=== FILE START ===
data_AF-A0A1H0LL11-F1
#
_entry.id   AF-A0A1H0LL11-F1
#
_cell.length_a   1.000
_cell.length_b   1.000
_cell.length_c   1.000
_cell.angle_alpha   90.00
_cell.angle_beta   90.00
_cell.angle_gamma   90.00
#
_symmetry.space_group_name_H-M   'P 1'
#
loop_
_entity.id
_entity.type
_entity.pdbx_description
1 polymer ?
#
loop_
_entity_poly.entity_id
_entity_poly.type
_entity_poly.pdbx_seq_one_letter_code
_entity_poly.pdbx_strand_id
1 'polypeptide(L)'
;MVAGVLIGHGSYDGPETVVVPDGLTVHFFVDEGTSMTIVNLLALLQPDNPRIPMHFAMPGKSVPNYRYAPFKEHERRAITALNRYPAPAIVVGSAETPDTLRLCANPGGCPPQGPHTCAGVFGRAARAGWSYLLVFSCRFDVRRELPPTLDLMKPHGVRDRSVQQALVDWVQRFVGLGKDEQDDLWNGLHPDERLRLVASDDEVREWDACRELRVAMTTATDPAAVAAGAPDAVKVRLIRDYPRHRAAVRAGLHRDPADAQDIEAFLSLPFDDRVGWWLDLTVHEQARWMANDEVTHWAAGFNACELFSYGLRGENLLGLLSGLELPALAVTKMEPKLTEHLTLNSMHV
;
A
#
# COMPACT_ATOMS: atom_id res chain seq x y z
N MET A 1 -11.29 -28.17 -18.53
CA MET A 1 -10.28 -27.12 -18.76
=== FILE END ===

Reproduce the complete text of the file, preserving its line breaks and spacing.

data_AF-A0A1H0LL11-F1
#
_entry.id   AF-A0A1H0LL11-F1
#
_cell.length_a   1.000
_cell.length_b   1.000
_cell.length_c   1.000
_cell.angle_alpha   90.00
_cell.angle_beta   90.00
_cell.angle_gamma   90.00
#
_symmetry.space_group_name_H-M   'P 1'
#
loop_
_entity.id
_entity.type
_entity.pdbx_description
1 polymer ?
#
loop_
_entity_poly.entity_id
_entity_poly.type
_entity_poly.pdbx_seq_one_letter_code
_entity_poly.pdbx_strand_id
1 'polypeptide(L)'
;MVAGVLIGHGSYDGPETVVVPDGLTVHFFVDEGTSMTIVNLLALLQPDNPRIPMHFAMPGKSVPNYRYAPFKEHERRAITALNRYPAPAIVVGSAETPDTLRLCANPGGCPPQGPHTCAGVFGRAARAGWSYLLVFSCRFDVRRELPPTLDLMKPHGVRDRSVQQALVDWVQRFVGLGKDEQDDLWNGLHPDERLRLVASDDEVREWDACRELRVAMTTATDPAAVAAGAPDAVKVRLIRDYPRHRAAVRAGLHRDPADAQDIEAFLSLPFDDRVGWWLDLTVHEQARWMANDEVTHWAAGFNACELFSYGLRGENLLGLLSGLELPALAVTKMEPKLTEHLTLNSMHV
;
A
#
# COMPACT_ATOMS: atom_id res chain seq x y z
N MET A 1 -11.29 -28.17 -18.53
CA MET A 1 -10.28 -27.12 -18.76